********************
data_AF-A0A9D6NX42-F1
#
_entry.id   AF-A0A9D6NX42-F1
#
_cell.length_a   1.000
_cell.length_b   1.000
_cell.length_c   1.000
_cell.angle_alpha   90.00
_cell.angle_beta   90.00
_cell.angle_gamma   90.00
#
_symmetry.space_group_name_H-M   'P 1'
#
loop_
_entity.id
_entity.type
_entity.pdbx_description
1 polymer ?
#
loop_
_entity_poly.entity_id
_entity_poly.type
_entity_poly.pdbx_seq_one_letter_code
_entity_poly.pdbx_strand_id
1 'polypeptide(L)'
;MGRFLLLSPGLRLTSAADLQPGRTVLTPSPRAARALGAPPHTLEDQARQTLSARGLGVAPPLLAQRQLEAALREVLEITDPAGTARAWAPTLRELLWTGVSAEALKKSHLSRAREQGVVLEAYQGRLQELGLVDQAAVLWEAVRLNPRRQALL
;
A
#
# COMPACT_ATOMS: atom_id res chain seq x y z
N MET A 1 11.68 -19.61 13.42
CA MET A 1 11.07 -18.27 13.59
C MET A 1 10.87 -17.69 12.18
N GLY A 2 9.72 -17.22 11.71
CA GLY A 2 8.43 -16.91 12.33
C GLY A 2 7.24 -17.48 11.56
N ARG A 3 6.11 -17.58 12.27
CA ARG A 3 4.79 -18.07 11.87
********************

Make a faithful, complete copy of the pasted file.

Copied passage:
data_AF-A0A9D6NX42-F1
#
_entry.id   AF-A0A9D6NX42-F1
#
_cell.length_a   1.000
_cell.length_b   1.000
_cell.length_c   1.000
_cell.angle_alpha   90.00
_cell.angle_beta   90.00
_cell.angle_gamma   90.00
#
_symmetry.space_group_name_H-M   'P 1'
#
loop_
_entity.id
_entity.type
_entity.pdbx_description
1 polymer ?
#
loop_
_entity_poly.entity_id
_entity_poly.type
_entity_poly.pdbx_seq_one_letter_code
_entity_poly.pdbx_strand_id
1 'polypeptide(L)'
;MGRFLLLSPGLRLTSAADLQPGRTVLTPSPRAARALGAPPHTLEDQARQTLSARGLGVAPPLLAQRQLEAALREVLEITDPAGTARAWAPTLRELLWTGVSAEALKKSHLSRAREQGVVLEAYQGRLQELGLVDQAAVLWEAVRLNPRRQALL
;
A
#
# COMPACT_ATOMS: atom_id res chain seq x y z
N MET A 1 11.68 -19.61 13.42
CA MET A 1 11.07 -18.27 13.59
C MET A 1 10.87 -17.69 12.18
N GLY A 2 9.72 -17.22 11.71
CA GLY A 2 8.43 -16.91 12.33
C GLY A 2 7.24 -17.48 11.56
N ARG A 3 6.11 -17.58 12.27
CA ARG A 3 4.79 -18.07 11.87